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ECB publishes study on environmental impact of euro banknotes

11 December 2023

  • Environmental footprint of a person’s yearly use of euro banknotes equivalent to driving 8 km by car
  • Eurosystem committed to further reducing environmental impact of banknotes, while ensuring cash is widely available and accepted

The European Central Bank (ECB) today published an environmental footprint study of euro banknotes as a payment instrument. It shows that the average environmental footprint for payments with banknotes was 101 micropoints (µPt) per euro area citizen in 2019. This is equivalent to driving a car for 8 km, or 0.01% of the total environmental impact of a European citizen’s annual consumption activities.

The study measures the potential environmental impact of all activities in a full cycle of euro banknotes – from raw material acquisition, manufacturing, distribution and circulation, to disposal by euro area national central banks (NCBs). It is based on the European Commission’s Product Environmental Footprint methodology and builds on the work begun in the life cycle assessment of the first series of euro banknotes in 2004.

The main factors contributing to the environmental footprint of euro banknotes as a means of payment are the energy consumption of automated teller machines (ATMs) and transportation, followed by processing by NCBs, paper manufacturing and the authentication of banknotes in shops. The long lifespan of banknotes and the fact that they are used for many payments means that the impact of banknote production is lower than that of transportation and distribution.

“The Eurosystem is committed to making euro banknotes as environmentally friendly as possible, while ensuring cash is widely available and accepted,” said ECB Executive Board member Piero Cipollone.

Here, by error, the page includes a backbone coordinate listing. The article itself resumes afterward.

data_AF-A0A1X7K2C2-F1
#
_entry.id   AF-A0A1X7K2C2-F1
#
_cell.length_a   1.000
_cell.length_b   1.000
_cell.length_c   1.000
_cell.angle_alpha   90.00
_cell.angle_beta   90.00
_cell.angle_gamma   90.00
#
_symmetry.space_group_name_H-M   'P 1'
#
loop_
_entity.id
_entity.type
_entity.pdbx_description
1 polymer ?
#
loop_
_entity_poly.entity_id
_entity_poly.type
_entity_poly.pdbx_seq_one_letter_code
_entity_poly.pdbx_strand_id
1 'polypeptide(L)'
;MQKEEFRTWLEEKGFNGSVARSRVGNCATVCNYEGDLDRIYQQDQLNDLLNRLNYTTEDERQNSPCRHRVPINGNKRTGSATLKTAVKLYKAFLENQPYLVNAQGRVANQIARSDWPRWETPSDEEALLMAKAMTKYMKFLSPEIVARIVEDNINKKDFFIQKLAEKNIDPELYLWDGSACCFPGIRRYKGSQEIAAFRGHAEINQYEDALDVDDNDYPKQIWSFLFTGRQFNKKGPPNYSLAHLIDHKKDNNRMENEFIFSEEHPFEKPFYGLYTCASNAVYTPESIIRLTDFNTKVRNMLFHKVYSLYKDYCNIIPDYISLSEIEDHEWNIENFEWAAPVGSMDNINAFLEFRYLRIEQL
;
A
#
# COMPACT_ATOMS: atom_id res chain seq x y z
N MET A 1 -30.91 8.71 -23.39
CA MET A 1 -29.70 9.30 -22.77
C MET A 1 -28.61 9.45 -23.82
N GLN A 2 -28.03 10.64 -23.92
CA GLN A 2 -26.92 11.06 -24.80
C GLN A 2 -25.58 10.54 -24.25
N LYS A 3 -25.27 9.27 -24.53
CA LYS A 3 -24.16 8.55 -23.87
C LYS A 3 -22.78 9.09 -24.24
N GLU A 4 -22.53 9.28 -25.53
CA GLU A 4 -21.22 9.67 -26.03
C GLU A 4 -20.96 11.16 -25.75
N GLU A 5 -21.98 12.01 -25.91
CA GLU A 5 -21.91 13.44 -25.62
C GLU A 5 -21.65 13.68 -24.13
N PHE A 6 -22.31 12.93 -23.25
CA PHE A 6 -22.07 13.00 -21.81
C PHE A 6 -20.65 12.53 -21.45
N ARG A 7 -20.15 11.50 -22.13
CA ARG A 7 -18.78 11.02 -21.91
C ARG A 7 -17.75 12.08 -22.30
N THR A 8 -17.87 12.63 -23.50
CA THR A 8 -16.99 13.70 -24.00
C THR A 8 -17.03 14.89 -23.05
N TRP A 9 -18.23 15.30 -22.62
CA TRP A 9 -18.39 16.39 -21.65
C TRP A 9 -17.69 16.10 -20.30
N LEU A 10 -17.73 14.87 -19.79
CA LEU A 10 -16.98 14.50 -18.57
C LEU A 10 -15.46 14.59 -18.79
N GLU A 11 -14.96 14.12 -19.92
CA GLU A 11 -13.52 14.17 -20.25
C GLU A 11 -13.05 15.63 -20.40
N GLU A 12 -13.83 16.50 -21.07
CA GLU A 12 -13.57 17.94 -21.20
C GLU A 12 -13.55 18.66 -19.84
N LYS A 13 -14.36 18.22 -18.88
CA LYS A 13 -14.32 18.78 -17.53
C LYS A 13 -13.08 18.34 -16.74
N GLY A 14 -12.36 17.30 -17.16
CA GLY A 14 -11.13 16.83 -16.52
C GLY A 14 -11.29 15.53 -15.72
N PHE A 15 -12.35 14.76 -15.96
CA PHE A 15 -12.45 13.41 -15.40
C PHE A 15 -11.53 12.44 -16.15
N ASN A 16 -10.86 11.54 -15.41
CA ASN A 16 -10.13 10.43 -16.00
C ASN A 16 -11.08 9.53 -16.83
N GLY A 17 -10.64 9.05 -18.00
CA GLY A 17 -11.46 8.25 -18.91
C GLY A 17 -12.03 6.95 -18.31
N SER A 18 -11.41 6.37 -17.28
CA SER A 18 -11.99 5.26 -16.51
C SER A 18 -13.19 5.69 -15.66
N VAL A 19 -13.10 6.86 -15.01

Since 2004 the Eurosystem has made efforts to reduce the environmental footprint of euro banknotes, for example by using only 100% sustainable cotton and banning the disposal of banknote waste in landfill.

In addition, ATM manufacturers and banks have made progress in reducing the environmental impact of their machines. The study published today shows that improvements in the energy efficiency of ATMs contributed to a 35% decrease in their environmental footprint between 2004 and 2019.

Extensive research and development is being conducted to make future euro banknotes even more environmentally friendly at all stages of their life cycle. For instance, the ECB is exploring alternative waste disposal methods for banknotes, such as recycling and the reusing of waste material, and possible improvements to material and components used in the printing process.

These actions are also part of the ECB’s broader commitment to tackling climate change within its mandate and to reducing its own environmental footprint in line with the objectives of the Paris Agreement and the European Union’s climate neutrality objectives. Detailed information is available in the ECB’s yearly Environmental Statement.

For media queries, please contact Belén Pérez Esteve, tel.: + 49 173 533 4269.


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